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TECHNICAL PAPERS: Soft Tissues

Altered Mechanical Behavior of Epicardium Due to Isothermal Heating Under Biaxial Isotonic Loads

[+] Author and Article Information
J. L. Harris, P. B. Wells

Department of Biomedical Engineering

J. D. Humphrey

Department of Biomedical Engineering and The M.E. DeBakey Institute, Texas A&M University, College Station, TX 77843-3120

J Biomech Eng 125(3), 381-388 (Jun 10, 2003) (8 pages) doi:10.1115/1.1567754 History: Received August 01, 2002; Revised December 01, 2002; Online June 10, 2003
Copyright © 2003 by ASME
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Figures

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Biaxial stretching protocols used to investigate the behavior of epicardium at various equilibrium thermal damage states. Data are plotted as stretch ratio in the initially preferred (λ2) and orthogonal (λ1) directions. Note the level of control available from on-line calculations of the deformation gradient, F , at 30 Hz. Each protocol was performed cyclically at ∼0.05 Hz, and data are from the fifth cycle for each protocol.
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Schema of the configurations assumed by a specimen during testing. With the exception of βv, all configurations were recorded so that deformations gradients could be calculated. Double- and single-headed arrows denote reversibility and irreversibility, respectively.
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Representative equibiaxial data for one left ventricular epicardial specimen. Data are plotted as Cauchy membrane stress versus stretch ratio, which are calculated relative to βo. Panel (a) shows the native behavior from the fifth cycle of an equibiaxial test. Panel (b) shows the altered mechanical response for (T,τ,P)=(65,1200,6.0), also from the fifth cycle of an equibiaxial test. Circles denote the initially preferred direction and triangles correspond to the orthogonal direction.
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Representative fit of equations 345 to mechanical data from a native specimen. Panel (a) shows the fit to one of the two constant stretch tests used for the regressions. Panel (b) shows predictions for an equibiaxial stretch test, data that were not included in the regression. Stretches are calculated relative to βo. Circles denote the initially preferred direction and triangles correspond to the orthogonal direction.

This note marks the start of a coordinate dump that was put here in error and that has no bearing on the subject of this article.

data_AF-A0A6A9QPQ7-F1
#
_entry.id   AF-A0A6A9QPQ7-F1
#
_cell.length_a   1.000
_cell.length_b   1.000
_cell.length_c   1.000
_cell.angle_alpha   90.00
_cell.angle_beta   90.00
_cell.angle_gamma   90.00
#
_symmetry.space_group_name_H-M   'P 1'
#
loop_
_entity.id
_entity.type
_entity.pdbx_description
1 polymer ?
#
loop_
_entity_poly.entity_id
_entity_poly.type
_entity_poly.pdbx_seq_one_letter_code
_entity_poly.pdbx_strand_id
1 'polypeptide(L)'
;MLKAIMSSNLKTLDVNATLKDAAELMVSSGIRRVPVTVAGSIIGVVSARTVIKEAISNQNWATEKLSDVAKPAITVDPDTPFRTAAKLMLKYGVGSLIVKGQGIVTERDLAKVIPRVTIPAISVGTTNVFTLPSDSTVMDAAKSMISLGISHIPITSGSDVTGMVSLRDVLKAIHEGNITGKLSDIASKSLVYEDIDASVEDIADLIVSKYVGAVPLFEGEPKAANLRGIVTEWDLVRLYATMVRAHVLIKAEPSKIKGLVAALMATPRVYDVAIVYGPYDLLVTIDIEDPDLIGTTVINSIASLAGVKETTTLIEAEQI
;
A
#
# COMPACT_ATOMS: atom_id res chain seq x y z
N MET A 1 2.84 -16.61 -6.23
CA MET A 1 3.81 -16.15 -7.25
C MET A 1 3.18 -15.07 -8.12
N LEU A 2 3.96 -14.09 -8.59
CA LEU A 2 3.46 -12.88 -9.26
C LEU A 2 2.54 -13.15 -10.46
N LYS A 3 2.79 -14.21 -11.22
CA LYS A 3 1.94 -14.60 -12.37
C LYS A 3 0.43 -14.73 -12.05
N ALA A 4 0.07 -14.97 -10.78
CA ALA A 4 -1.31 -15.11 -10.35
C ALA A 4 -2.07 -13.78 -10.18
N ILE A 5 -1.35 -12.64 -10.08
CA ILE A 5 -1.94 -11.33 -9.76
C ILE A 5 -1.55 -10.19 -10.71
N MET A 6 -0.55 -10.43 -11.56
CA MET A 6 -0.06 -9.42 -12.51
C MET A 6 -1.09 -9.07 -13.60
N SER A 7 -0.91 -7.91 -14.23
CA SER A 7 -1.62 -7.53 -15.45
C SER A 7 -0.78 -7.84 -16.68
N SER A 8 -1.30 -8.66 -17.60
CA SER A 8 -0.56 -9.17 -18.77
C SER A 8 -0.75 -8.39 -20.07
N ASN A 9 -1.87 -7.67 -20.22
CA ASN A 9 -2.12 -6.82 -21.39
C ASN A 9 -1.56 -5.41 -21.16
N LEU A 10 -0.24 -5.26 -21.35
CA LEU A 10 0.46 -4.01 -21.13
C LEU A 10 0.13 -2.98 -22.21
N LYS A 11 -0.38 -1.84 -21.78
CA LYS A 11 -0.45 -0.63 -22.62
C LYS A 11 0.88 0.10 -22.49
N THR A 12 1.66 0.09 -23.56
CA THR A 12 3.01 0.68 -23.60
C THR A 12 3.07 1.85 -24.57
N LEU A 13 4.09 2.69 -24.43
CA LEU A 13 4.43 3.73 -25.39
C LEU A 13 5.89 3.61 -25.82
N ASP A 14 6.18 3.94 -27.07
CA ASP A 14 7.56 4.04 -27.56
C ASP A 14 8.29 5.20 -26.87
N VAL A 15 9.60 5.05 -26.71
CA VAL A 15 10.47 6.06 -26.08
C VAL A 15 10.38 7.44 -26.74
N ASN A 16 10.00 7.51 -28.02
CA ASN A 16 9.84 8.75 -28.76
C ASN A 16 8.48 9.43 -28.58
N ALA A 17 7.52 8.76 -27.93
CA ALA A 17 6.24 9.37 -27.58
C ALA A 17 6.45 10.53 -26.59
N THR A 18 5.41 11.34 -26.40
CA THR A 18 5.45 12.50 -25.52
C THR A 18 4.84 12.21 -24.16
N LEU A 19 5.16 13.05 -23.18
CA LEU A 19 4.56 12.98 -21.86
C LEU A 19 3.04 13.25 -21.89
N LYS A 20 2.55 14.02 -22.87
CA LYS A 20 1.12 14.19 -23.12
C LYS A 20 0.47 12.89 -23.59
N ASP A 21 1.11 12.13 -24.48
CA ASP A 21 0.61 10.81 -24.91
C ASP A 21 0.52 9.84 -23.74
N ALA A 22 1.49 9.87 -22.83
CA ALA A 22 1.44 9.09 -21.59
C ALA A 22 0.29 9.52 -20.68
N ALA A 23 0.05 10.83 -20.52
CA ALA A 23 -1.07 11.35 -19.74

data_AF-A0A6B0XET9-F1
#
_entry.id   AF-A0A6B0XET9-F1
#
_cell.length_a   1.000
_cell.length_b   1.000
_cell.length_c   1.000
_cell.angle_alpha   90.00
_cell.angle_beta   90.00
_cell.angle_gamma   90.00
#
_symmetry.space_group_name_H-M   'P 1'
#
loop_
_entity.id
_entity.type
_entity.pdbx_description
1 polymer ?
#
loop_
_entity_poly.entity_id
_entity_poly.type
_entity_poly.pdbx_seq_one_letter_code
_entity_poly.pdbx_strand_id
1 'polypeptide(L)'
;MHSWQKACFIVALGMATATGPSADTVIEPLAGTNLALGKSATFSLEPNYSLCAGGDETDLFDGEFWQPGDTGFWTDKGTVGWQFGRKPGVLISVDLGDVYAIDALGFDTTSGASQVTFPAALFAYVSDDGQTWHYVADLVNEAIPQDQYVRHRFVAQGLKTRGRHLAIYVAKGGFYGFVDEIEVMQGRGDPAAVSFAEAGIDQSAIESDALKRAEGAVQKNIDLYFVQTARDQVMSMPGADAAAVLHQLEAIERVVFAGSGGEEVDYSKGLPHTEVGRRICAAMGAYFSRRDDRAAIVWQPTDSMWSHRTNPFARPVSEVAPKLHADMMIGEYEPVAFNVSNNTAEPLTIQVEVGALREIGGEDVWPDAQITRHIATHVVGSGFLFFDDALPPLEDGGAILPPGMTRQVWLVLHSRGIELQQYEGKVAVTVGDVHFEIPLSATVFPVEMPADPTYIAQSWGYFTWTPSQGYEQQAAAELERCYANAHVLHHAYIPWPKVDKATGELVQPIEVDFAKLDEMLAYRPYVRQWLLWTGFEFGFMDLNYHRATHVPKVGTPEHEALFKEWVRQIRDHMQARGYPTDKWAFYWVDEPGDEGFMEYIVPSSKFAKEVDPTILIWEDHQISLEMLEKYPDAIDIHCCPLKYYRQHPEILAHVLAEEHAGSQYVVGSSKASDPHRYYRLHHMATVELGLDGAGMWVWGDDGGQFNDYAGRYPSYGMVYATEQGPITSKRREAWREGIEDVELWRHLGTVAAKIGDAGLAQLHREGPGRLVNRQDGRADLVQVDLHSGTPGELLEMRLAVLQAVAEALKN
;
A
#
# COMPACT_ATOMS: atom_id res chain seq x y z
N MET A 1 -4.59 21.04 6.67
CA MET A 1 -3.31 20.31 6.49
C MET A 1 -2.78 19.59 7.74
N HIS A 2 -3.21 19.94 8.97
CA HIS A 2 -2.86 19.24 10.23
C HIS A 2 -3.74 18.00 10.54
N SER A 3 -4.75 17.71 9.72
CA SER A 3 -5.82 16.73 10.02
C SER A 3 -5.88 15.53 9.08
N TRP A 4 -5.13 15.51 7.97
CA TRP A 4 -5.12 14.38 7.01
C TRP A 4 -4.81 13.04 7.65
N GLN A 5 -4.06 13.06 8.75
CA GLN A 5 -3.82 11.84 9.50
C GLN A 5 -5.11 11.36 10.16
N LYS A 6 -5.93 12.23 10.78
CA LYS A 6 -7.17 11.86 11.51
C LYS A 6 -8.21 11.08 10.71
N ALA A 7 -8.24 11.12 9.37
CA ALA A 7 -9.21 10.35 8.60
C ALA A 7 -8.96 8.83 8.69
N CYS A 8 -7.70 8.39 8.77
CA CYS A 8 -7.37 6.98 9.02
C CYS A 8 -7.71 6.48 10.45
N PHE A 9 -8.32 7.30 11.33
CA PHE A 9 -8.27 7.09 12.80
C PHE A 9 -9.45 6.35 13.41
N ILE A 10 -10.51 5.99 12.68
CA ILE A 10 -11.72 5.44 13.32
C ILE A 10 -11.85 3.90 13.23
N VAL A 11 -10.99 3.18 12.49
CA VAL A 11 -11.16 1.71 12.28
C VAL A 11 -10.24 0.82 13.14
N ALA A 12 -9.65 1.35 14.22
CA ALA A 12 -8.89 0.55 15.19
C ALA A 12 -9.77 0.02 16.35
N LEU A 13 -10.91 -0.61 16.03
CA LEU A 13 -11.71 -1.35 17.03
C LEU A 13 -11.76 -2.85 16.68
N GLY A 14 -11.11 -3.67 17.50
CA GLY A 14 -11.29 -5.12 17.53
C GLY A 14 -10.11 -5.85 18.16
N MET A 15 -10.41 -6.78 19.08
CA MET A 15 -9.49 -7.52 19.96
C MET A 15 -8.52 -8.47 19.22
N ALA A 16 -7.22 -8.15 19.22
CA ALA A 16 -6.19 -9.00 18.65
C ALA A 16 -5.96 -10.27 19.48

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Representative fit of equations 345 to data from an isotonic (T,τ,P)=(65,1200,12.8) heating test. Panel (a) shows the fit to one of the two constant stretch tests used for the regressions. Panel (b) shows the prediction for an equibiaxial stretch test relative to βp, data that were not included in the regression analysis. Stretches are calculated relative to βt. Circles denote the initially preferred direction and triangles correspond to the orthogonal direction.
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Plot of a ratio of best-fit parameters per the results in equation 6. A line of identity has been included as a reference. Coefficients are plotted as native (circles) and damaged (triangles). Recall from equation 6 that a ratio greater than one indicates that the stiffer direction corresponds with the initially preferred direction. Notice that this is the case for all native specimens, but few damaged specimens.
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Data are plotted as |T | versus |V | for mean native (circles) and damaged (triangles) responses for P=12.8 N/m at various time-temperature combinations: Panels (a), (b), (c), and (d) correspond to (T,τ,P)=(65,7200,12.8), (70,900,12.8), (75,900,12.8), and (80,900,12.8), for which 1−λ1λ2=0.057, 0.078, 0.274, and 0.474, respectively (Table 1).
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A measure of extensibility versus areal shrinkage. Data from the various combinations of (T,τ,P) are plotted as |V | evaluated at |T|=25 N/m (triangles) and 50 N/m (circles) versus 1−λ1λ2 (Table 1), where λ1 and λ2 are stretch ratios from βo to βt.
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Representative stress resultant-stretch responses (Tij versus λi) at 37°C from the fifth cycle of equibiaxial testing for specimens immersed in a 65°C bath for selected accumulated heating times τ=0, 30, 150, and 360 seconds with associated equilibrium shrinkage ξ1e≅ξ2e=0, 14, 44, and 57%. Material responses in the circumferential and apex-to-base directions are shown in Panel (a) and Panel (b), respectively. Note the gradual increase in hysteresis with each level of thermal damage.

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